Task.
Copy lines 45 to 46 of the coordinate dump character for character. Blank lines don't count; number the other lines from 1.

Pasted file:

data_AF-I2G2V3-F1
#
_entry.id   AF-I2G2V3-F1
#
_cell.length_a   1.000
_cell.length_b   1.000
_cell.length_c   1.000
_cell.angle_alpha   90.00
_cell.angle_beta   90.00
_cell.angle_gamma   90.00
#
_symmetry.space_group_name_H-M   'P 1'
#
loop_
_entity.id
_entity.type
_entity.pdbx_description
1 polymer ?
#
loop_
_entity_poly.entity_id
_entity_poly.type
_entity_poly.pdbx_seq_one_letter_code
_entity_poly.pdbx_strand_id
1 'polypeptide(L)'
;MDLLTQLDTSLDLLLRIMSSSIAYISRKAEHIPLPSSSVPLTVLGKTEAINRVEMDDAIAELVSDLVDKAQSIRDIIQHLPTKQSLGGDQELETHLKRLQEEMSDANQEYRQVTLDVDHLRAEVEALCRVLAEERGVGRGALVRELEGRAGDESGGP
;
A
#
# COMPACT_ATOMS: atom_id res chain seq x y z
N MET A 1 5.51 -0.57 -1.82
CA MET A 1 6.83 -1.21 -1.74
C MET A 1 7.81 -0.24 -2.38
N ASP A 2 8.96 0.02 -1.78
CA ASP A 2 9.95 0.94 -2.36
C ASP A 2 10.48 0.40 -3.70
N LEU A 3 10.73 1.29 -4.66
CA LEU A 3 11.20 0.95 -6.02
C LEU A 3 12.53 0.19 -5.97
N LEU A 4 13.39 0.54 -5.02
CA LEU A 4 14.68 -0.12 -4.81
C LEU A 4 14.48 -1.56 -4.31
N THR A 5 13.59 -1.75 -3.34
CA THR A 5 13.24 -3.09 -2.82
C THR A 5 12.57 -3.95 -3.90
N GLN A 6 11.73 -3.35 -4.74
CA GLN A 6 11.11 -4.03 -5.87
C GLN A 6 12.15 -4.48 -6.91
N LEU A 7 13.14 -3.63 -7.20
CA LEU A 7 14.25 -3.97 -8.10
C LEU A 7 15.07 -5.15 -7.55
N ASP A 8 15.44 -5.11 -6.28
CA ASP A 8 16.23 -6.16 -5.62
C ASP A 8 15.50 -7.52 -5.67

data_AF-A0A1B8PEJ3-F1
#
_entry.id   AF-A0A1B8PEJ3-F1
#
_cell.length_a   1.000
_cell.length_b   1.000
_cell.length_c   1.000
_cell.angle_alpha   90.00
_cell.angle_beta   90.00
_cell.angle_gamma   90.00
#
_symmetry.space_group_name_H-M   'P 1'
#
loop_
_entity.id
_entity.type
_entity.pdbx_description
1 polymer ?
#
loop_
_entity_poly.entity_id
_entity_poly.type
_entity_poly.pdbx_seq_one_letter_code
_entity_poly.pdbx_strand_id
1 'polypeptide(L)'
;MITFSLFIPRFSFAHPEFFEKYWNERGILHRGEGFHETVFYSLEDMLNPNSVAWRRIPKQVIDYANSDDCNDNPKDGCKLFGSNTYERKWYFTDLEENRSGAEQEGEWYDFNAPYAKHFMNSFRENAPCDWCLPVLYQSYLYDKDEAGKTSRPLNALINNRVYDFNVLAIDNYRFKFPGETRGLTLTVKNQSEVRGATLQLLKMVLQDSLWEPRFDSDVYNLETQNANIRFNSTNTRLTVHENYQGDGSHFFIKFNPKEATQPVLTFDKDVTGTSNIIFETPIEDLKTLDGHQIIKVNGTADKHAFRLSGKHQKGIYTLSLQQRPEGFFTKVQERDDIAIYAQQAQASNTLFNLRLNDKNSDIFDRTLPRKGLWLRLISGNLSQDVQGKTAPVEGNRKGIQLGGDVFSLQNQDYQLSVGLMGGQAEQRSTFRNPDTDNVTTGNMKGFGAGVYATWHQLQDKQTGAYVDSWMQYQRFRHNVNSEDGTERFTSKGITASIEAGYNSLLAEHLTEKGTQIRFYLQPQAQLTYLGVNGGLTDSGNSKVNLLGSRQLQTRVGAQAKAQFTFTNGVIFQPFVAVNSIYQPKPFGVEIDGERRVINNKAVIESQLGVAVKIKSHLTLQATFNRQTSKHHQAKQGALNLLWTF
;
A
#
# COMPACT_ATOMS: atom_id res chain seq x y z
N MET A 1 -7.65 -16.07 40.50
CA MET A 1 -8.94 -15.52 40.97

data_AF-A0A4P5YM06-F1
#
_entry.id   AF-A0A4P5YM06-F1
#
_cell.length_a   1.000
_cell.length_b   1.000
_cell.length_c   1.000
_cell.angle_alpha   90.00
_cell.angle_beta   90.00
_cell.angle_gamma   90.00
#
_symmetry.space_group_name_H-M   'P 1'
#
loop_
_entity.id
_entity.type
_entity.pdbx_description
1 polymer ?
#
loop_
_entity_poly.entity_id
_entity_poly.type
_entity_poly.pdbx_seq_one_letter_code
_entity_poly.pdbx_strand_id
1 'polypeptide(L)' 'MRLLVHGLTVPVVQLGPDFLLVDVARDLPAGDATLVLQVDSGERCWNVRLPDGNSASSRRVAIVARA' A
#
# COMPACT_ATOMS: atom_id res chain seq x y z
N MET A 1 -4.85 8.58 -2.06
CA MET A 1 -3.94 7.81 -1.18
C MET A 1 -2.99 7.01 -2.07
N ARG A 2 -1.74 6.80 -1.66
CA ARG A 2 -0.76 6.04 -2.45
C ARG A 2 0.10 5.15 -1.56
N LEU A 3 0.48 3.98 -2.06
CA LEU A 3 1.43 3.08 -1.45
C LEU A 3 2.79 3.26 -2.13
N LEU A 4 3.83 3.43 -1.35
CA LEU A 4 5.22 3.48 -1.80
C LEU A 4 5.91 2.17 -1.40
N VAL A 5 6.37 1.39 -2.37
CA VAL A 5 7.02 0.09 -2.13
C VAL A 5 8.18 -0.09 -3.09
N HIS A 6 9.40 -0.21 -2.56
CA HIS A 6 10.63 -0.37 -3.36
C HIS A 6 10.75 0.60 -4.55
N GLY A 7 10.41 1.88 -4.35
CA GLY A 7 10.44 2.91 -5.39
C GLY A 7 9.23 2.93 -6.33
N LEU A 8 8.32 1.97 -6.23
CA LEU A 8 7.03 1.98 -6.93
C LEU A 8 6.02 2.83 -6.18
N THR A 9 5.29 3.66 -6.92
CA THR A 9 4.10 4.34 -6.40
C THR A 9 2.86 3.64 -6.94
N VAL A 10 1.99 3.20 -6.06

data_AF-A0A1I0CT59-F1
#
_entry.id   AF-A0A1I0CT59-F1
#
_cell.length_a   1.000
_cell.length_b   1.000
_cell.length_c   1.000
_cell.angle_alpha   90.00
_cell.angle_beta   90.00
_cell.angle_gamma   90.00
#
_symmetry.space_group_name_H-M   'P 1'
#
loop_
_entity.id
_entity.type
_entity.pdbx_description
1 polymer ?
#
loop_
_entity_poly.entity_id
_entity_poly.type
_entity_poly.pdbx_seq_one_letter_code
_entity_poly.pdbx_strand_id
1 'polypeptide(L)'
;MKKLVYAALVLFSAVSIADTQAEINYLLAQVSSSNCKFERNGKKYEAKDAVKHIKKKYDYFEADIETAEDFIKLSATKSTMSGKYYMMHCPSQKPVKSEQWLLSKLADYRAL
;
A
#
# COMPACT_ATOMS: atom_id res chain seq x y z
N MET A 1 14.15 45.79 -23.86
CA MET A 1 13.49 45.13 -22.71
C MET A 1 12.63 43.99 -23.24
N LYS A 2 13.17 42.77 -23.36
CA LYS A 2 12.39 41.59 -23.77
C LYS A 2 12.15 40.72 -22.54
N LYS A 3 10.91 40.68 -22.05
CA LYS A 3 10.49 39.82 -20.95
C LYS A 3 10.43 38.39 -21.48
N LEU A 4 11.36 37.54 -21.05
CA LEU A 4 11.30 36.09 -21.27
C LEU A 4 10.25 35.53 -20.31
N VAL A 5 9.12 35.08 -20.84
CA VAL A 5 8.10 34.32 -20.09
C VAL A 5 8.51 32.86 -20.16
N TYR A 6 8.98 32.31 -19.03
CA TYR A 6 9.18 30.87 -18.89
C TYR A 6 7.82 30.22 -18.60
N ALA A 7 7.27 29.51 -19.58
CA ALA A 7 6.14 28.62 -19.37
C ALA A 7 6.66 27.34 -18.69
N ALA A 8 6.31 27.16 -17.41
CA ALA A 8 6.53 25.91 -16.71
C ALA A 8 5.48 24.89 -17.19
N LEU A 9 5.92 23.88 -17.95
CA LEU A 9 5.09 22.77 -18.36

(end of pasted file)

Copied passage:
C THR A 5 12.57 -3.95 -3.90
N GLN A 6 11.73 -3.35 -4.74